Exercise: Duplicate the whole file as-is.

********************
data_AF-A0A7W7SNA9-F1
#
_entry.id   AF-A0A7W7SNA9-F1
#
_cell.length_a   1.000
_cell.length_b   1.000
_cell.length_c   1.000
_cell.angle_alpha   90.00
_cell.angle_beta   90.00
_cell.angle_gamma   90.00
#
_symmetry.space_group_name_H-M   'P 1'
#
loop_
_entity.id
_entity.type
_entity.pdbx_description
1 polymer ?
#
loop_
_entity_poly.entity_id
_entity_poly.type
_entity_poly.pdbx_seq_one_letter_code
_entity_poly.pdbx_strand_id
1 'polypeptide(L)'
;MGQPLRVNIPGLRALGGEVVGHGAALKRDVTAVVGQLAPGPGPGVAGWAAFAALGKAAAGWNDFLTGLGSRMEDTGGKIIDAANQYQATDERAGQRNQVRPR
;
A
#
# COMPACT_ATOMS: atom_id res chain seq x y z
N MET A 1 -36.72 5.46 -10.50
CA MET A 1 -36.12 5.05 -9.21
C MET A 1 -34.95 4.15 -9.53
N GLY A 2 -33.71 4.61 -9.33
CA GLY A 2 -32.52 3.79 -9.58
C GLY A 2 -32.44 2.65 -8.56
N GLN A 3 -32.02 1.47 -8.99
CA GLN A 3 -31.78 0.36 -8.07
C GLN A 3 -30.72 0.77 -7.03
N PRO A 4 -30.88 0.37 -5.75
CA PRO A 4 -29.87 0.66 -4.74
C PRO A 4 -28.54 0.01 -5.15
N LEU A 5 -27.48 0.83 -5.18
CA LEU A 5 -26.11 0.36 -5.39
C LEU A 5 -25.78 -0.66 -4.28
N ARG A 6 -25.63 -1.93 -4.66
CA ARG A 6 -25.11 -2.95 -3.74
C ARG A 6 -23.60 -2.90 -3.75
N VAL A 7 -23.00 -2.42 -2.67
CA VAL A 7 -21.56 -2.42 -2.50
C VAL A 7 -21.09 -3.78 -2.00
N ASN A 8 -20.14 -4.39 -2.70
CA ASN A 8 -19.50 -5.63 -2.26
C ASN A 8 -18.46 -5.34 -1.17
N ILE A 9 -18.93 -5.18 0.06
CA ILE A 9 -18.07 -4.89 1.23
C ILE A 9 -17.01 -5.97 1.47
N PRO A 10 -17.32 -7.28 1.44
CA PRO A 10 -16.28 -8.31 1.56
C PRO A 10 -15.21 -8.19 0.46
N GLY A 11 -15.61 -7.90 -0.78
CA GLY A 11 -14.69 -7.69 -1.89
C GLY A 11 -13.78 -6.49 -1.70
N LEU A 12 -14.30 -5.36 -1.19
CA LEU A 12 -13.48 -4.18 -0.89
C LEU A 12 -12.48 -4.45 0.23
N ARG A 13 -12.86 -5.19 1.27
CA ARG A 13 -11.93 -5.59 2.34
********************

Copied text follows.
data_AF-A0A7W7SNA9-F1
#
_entry.id   AF-A0A7W7SNA9-F1
#
_cell.length_a   1.000
_cell.length_b   1.000
_cell.length_c   1.000
_cell.angle_alpha   90.00
_cell.angle_beta   90.00
_cell.angle_gamma   90.00
#
_symmetry.space_group_name_H-M   'P 1'
#
loop_
_entity.id
_entity.type
_entity.pdbx_description
1 polymer ?
#
loop_
_entity_poly.entity_id
_entity_poly.type
_entity_poly.pdbx_seq_one_letter_code
_entity_poly.pdbx_strand_id
1 'polypeptide(L)'
;MGQPLRVNIPGLRALGGEVVGHGAALKRDVTAVVGQLAPGPGPGVAGWAAFAALGKAAAGWNDFLTGLGSRMEDTGGKIIDAANQYQATDERAGQRNQVRPR
;
A
#
# COMPACT_ATOMS: atom_id res chain seq x y z
N MET A 1 -36.72 5.46 -10.50
CA MET A 1 -36.12 5.05 -9.21
C MET A 1 -34.95 4.15 -9.53
N GLY A 2 -33.71 4.61 -9.33
CA GLY A 2 -32.52 3.79 -9.58
C GLY A 2 -32.44 2.65 -8.56
N GLN A 3 -32.02 1.47 -8.99
CA GLN A 3 -31.78 0.36 -8.07
C GLN A 3 -30.72 0.77 -7.03
N PRO A 4 -30.88 0.37 -5.75
CA PRO A 4 -29.87 0.66 -4.74
C PRO A 4 -28.54 0.01 -5.15
N LEU A 5 -27.48 0.83 -5.18
CA LEU A 5 -26.11 0.36 -5.39
C LEU A 5 -25.78 -0.66 -4.28
N ARG A 6 -25.63 -1.93 -4.66
CA ARG A 6 -25.11 -2.95 -3.74
C ARG A 6 -23.60 -2.90 -3.75
N VAL A 7 -23.00 -2.42 -2.67
CA VAL A 7 -21.56 -2.42 -2.50
C VAL A 7 -21.09 -3.78 -2.00
N ASN A 8 -20.14 -4.39 -2.70
CA ASN A 8 -19.50 -5.63 -2.26
C ASN A 8 -18.46 -5.34 -1.17
N ILE A 9 -18.93 -5.18 0.06
CA ILE A 9 -18.07 -4.89 1.23
C ILE A 9 -17.01 -5.97 1.47
N PRO A 10 -17.32 -7.28 1.44
CA PRO A 10 -16.28 -8.31 1.56
C PRO A 10 -15.21 -8.19 0.46
N GLY A 11 -15.61 -7.90 -0.78
CA GLY A 11 -14.69 -7.69 -1.89
C GLY A 11 -13.78 -6.49 -1.70
N LEU A 12 -14.30 -5.36 -1.19
CA LEU A 12 -13.48 -4.18 -0.89
C LEU A 12 -12.48 -4.45 0.23
N ARG A 13 -12.86 -5.19 1.27
CA ARG A 13 -11.93 -5.59 2.34